Agroforestry Systems

, Volume 89, Issue 2, pp 267–277 | Cite as

Soil CO2 flux in an alley-cropping system composed of black locust and poplar trees, Germany

  • T. V. MedinskiEmail author
  • D. Freese
  • C. Böhm


Understanding of soil carbon dynamics after establishment of alley-cropping systems is crucial for mitigation of greenhouse CO2 gas. This study investigates soil CO2 fluxes in an alley-cropping system composed of tree strips of black locust (Robinia pseudoacacia L.) and poplar (Populus nigra × P. maximowiczii, Max 1) trees and adjacent to them crop strips (Lupinus/Solarigol). Soil CO2 flux was measured monthly over a period from March to November 2012, using a LI-COR LI-8100A automated device. Concurrently with CO2 flux measurements, soil and air temperature, soil moisture, microbial C and hot water-extractable C were determined for the soils nearby soil collars. Root biomass was determined to a depth of 15 cm. In all sampling areas, soil CO2 flux increased from May to July, showing a significant positive correlation with air and soil temperature, which can be a reflection of increase in photosynthesis, and therefore supply of carbohydrates from leaves to rhizosphere, over the warm summer months. A positive correlation between CO2 flux and soil moisture over the warm period indicates an enhancing role of soil moisture on microbial mineralization and root respiration. Average CO2 flux values observed over March–November period did not differ significantly between sampling areas, showing 2.5, 3.2, and 2.9 µmol m−2 s−1 values for black locust, poplar and crops, respectively. Significantly higher CO2 flux values over the summer period in trees could be attributed to the higher photosynthetic activity and higher root density compared to crops.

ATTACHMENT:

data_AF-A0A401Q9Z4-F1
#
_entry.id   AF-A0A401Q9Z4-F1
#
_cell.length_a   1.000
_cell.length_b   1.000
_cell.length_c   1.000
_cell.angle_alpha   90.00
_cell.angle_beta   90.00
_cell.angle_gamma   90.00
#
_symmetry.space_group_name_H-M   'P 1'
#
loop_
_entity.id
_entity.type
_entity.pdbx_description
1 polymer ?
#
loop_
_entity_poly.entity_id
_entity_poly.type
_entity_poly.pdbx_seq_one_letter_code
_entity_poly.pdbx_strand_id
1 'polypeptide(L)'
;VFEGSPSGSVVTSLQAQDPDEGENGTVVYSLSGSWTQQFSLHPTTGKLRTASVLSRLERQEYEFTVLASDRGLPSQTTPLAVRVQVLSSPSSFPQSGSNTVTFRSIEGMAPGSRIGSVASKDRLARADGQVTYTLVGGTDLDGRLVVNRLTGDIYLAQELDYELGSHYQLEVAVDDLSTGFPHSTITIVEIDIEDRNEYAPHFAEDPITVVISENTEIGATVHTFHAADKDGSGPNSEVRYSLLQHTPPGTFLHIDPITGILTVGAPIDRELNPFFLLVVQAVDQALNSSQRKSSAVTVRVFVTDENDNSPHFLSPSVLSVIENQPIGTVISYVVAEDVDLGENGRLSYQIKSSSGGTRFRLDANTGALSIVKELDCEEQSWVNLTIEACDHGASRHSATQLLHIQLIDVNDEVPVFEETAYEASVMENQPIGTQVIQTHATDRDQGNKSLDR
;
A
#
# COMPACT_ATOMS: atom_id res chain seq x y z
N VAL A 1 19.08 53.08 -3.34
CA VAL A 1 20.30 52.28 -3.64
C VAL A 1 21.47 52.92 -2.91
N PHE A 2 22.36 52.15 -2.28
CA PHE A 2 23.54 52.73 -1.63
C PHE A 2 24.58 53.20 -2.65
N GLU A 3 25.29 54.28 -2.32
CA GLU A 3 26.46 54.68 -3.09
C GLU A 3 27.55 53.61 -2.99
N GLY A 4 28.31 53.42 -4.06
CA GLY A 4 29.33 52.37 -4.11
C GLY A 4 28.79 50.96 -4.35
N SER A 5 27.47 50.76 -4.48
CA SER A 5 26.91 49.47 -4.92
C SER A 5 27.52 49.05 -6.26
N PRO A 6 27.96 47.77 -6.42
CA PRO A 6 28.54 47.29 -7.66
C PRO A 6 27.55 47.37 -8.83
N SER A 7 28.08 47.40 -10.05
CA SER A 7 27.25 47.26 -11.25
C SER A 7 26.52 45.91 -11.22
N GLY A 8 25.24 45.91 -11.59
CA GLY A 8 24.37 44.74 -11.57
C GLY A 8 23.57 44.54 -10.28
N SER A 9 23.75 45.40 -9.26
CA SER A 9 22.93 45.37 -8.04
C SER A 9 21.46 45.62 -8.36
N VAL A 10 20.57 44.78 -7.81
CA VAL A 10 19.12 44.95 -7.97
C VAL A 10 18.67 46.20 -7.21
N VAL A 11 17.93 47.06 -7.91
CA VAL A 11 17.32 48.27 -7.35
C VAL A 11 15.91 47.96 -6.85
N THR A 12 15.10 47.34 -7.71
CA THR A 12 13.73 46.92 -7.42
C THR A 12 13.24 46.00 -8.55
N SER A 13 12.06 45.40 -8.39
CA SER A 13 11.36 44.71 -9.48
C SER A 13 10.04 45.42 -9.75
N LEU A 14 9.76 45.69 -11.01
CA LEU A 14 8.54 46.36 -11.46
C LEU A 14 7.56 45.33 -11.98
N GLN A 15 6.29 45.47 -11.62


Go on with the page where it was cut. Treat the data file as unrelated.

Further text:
Soil respiration Soil temperature and moisture Microbial C Hot water-extractable C Root biomass 



This study was supported by the German Federal Ministry of Food, Agriculture and Consumer Protection (Project “AgroForstEnergie II”, project number: 22000312), and the German Federal Ministry of Education and Research (Project “INKA BB”, project number: 01LR0803D). The authors extend their grateful thanks to the farm company AG Forst e.V. for allowing measurements and soil sampling, as well as to technical assistants Sebastian Heller and Katja Westphal, for the help with field measurements and laboratory analyses.


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Copyright information

© Springer Science+Business Media Dordrecht 2014

Authors and Affiliations

  1. 1.Chair of Soil Protection and RecultivationBrandenburg University of Technology Cottbus-SenftenbergCottbusGermany

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